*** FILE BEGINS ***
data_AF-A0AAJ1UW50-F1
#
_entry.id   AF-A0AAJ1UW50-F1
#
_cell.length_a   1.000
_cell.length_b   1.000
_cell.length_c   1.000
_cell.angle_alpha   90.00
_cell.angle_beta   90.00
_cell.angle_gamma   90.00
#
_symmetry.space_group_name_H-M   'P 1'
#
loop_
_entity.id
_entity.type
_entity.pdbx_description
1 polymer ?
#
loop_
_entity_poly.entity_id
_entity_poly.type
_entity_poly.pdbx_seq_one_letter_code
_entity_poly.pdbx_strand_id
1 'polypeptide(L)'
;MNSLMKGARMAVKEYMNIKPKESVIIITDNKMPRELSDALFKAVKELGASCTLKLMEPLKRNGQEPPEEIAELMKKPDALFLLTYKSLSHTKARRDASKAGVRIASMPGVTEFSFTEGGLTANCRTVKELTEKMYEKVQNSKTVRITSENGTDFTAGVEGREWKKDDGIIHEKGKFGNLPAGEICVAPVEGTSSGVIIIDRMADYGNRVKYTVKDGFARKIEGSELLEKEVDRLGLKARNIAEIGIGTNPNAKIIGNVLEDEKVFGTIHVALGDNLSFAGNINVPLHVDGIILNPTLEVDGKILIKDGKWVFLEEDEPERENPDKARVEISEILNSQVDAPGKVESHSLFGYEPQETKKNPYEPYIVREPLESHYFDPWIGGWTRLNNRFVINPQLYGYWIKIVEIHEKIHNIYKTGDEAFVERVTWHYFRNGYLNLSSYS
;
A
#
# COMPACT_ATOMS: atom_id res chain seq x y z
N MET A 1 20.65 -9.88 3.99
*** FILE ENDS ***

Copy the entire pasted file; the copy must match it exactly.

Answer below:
data_AF-A0AAJ1UW50-F1
#
_entry.id   AF-A0AAJ1UW50-F1
#
_cell.length_a   1.000
_cell.length_b   1.000
_cell.length_c   1.000
_cell.angle_alpha   90.00
_cell.angle_beta   90.00
_cell.angle_gamma   90.00
#
_symmetry.space_group_name_H-M   'P 1'
#
loop_
_entity.id
_entity.type
_entity.pdbx_description
1 polymer ?
#
loop_
_entity_poly.entity_id
_entity_poly.type
_entity_poly.pdbx_seq_one_letter_code
_entity_poly.pdbx_strand_id
1 'polypeptide(L)'
;MNSLMKGARMAVKEYMNIKPKESVIIITDNKMPRELSDALFKAVKELGASCTLKLMEPLKRNGQEPPEEIAELMKKPDALFLLTYKSLSHTKARRDASKAGVRIASMPGVTEFSFTEGGLTANCRTVKELTEKMYEKVQNSKTVRITSENGTDFTAGVEGREWKKDDGIIHEKGKFGNLPAGEICVAPVEGTSSGVIIIDRMADYGNRVKYTVKDGFARKIEGSELLEKEVDRLGLKARNIAEIGIGTNPNAKIIGNVLEDEKVFGTIHVALGDNLSFAGNINVPLHVDGIILNPTLEVDGKILIKDGKWVFLEEDEPERENPDKARVEISEILNSQVDAPGKVESHSLFGYEPQETKKNPYEPYIVREPLESHYFDPWIGGWTRLNNRFVINPQLYGYWIKIVEIHEKIHNIYKTGDEAFVERVTWHYFRNGYLNLSSYS
;
A
#
# COMPACT_ATOMS: atom_id res chain seq x y z
N MET A 1 20.65 -9.88 3.99